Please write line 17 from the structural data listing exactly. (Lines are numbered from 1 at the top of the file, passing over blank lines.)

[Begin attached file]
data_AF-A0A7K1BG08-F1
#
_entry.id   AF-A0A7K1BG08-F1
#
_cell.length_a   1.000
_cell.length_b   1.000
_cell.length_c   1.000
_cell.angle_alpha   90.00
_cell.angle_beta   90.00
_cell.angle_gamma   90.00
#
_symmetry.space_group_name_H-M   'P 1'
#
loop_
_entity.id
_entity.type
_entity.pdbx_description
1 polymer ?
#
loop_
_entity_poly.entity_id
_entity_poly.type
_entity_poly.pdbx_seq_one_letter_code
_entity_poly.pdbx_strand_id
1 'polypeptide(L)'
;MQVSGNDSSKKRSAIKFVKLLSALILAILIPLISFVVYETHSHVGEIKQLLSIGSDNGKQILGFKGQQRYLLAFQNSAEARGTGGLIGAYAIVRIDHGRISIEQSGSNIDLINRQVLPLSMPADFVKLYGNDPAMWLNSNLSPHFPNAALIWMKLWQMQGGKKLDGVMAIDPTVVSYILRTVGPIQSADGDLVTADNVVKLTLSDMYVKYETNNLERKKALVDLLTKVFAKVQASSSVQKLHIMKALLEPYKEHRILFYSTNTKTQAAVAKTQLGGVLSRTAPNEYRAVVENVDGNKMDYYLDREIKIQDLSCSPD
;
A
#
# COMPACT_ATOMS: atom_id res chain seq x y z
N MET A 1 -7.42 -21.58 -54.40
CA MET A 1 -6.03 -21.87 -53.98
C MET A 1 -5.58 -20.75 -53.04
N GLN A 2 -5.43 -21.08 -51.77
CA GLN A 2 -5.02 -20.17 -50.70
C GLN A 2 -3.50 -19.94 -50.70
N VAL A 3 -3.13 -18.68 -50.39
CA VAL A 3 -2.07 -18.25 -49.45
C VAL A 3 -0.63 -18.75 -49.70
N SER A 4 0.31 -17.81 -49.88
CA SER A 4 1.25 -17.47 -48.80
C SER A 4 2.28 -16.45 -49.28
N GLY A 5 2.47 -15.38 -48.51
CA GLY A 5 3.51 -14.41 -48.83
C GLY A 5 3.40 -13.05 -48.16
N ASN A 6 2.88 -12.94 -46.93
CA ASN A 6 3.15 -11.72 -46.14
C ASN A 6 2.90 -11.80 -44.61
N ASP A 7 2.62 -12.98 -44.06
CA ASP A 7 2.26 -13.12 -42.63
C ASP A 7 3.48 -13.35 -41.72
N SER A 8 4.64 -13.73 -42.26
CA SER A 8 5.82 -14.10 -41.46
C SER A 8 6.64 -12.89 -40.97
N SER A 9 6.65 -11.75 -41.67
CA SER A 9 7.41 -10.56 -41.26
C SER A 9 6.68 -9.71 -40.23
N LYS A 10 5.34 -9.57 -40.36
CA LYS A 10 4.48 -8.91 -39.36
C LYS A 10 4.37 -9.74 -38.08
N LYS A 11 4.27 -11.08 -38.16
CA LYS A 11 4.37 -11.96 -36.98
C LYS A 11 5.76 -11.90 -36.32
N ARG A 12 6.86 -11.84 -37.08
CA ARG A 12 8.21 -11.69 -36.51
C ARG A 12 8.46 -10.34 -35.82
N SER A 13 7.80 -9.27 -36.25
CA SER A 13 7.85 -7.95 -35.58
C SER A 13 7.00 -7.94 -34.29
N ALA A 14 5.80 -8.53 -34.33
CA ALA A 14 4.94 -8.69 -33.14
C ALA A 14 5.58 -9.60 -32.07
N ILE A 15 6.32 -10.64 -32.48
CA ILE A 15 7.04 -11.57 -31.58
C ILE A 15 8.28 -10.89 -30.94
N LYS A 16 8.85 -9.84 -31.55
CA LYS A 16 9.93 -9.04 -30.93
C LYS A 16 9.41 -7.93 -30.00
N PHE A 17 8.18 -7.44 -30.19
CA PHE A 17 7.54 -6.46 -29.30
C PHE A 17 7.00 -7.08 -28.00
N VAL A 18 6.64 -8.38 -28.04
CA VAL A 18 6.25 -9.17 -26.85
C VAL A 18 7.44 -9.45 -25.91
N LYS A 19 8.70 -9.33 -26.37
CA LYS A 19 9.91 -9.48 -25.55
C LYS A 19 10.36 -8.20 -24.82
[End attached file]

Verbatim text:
_entity.pdbx_description